The Spanish parliament’s lower house recently passed a law legalizing euthanasia, making it the fourth European country to grant individuals the right to end their own lives under specific criteria.
A total of 202 votes in favor of the legislation, Spanish Prime Minister (PM) Pedro Sánchez tweeted “The euthanasia law, widely demanded by society, has finally become a reality.”
Under the law, a person must be an adult, legal citizen of Spain that suffers from an incurable illness or crippling disability that induces intolerable suffering.
After producing two written requests under full awareness and consciousness, submitted 15 days apart, approval will either be granted or denied based on eligibility, by two doctors and an evaluation body.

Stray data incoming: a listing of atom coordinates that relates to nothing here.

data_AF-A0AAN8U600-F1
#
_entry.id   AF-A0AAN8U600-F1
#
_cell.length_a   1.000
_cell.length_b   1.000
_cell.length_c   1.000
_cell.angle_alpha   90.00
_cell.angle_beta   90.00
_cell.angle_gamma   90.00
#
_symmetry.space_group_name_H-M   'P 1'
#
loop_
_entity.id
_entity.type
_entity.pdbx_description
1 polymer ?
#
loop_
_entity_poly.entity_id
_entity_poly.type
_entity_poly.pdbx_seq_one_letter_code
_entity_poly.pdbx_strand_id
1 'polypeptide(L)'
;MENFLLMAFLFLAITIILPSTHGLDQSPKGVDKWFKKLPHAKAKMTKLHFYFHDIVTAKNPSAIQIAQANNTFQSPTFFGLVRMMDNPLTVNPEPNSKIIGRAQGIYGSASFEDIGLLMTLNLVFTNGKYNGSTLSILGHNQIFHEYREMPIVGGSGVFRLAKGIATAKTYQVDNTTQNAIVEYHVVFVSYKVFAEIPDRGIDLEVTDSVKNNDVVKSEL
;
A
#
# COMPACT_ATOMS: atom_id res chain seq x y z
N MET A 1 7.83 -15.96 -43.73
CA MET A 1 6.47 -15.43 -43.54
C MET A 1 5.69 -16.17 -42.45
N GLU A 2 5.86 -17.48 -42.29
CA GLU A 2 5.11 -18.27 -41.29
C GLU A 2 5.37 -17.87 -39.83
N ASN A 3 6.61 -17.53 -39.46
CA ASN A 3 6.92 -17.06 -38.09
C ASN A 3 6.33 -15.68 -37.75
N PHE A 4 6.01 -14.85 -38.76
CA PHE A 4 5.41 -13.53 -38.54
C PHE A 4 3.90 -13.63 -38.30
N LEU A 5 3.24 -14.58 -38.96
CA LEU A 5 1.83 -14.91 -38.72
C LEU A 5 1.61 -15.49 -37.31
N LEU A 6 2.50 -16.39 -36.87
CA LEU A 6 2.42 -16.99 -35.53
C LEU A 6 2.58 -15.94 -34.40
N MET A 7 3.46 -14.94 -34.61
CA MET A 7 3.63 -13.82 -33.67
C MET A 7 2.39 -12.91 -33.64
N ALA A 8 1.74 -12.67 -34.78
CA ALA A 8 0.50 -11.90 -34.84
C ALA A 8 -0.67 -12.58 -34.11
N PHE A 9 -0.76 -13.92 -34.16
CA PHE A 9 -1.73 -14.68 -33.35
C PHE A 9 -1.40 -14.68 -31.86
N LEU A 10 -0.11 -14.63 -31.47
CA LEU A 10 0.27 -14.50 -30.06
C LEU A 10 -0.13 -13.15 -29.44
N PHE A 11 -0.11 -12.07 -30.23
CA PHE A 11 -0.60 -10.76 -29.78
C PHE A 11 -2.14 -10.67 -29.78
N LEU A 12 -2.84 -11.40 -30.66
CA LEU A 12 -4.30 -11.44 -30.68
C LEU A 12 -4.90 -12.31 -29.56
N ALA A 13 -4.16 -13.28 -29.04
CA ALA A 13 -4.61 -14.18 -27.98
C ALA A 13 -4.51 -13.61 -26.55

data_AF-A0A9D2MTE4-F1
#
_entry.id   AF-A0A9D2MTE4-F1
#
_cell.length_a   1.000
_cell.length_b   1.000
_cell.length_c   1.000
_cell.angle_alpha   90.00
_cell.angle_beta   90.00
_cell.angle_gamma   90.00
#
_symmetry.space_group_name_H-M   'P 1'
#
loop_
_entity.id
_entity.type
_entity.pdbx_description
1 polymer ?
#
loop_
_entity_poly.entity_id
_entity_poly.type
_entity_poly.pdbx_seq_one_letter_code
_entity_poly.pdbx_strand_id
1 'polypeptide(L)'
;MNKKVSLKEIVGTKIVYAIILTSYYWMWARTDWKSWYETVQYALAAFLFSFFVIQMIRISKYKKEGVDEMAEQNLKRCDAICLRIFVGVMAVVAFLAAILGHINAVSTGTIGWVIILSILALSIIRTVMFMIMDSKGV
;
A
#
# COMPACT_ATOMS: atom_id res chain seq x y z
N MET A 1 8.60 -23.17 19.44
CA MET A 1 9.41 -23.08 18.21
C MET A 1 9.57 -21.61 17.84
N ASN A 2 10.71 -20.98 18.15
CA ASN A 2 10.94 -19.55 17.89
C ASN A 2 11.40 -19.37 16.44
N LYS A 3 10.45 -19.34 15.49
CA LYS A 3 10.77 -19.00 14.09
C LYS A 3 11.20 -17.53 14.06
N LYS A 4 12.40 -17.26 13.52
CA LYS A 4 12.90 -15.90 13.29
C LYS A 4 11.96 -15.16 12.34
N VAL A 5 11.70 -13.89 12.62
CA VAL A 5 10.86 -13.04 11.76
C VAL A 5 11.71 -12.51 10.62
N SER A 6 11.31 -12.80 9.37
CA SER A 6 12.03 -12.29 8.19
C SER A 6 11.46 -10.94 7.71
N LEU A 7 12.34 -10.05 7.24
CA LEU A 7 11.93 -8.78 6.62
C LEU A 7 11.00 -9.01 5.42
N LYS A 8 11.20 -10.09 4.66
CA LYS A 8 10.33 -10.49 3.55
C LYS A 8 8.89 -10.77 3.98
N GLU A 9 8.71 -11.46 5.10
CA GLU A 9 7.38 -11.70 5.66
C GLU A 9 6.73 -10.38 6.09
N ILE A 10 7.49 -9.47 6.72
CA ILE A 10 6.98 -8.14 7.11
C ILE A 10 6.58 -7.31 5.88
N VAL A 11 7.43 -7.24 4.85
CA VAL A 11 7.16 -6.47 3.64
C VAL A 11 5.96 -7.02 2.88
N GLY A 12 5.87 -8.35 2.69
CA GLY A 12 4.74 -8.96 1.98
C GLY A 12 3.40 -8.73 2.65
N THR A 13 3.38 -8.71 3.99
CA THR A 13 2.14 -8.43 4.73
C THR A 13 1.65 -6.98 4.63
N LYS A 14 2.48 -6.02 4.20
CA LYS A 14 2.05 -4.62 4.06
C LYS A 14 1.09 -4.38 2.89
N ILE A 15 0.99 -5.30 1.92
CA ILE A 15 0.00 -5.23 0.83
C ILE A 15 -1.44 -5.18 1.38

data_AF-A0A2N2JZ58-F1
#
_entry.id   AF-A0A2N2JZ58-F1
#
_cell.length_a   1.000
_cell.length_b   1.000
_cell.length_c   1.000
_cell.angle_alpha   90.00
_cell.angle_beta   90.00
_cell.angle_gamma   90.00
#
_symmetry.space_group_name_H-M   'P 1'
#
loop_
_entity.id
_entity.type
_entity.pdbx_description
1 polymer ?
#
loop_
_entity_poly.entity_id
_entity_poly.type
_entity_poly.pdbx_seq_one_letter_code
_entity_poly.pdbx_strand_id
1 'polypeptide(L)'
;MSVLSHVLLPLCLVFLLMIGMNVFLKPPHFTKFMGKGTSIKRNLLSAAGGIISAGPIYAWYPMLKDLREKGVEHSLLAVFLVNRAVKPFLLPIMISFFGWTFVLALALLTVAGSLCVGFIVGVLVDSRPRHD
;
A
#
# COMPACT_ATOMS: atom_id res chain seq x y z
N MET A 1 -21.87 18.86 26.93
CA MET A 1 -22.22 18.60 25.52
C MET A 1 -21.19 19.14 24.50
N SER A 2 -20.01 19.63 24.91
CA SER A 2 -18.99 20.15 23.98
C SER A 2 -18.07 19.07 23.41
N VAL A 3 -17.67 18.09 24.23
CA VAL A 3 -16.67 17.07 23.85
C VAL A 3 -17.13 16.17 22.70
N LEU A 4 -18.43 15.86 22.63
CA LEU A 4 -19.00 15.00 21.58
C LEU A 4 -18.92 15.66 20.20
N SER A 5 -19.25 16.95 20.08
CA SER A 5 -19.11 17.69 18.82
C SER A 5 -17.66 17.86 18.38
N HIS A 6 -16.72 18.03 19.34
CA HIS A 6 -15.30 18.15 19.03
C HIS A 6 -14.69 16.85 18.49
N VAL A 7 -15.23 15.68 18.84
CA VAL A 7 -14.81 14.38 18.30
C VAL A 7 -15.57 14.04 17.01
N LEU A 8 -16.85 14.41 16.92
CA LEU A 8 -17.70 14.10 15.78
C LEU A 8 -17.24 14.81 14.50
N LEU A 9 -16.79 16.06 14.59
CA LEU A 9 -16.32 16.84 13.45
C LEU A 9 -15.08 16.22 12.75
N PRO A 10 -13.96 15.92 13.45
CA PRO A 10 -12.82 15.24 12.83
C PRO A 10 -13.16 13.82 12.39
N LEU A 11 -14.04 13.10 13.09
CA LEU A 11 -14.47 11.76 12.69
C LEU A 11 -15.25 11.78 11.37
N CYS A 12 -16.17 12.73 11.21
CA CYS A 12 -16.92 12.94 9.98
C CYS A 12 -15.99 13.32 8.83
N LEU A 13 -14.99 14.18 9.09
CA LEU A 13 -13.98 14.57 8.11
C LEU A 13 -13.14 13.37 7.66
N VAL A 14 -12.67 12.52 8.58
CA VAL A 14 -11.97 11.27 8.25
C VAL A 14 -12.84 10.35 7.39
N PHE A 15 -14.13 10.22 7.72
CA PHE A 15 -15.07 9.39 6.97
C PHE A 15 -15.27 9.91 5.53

Upon approval, the individual may either opt for euthanasia performed by a doctor, or assisted suicide wherein the person will be aided by medical professionals in ending their life themselves.
The bill was backed by PM Sánchez’s Socialist Party, as well as liberals and centrist groups. Right-to-die advocates also pushed for the passage of the law.
Conservative and religious groups heavily opposed the bill that is set to be implemented in June.
Spanish Health Minister Carolina Darias said that by passing the legislation, the country heads “…towards a more humane and fair society.”
Prior to the law’s passage, it was possible to be jailed for up to ten years for performing euthanasia.
Meanwhile in the Philippines, Senate Bill No. 1887 or the Natural Death Act, was filed by the late Senator Miriam Defensor-Santiago in 2013 that sought to legalize euthanasia in the country.
This too was met by staunch opposition from religious and conservative sectors however, resulting in euthanasia remaining illegal in the country to this day.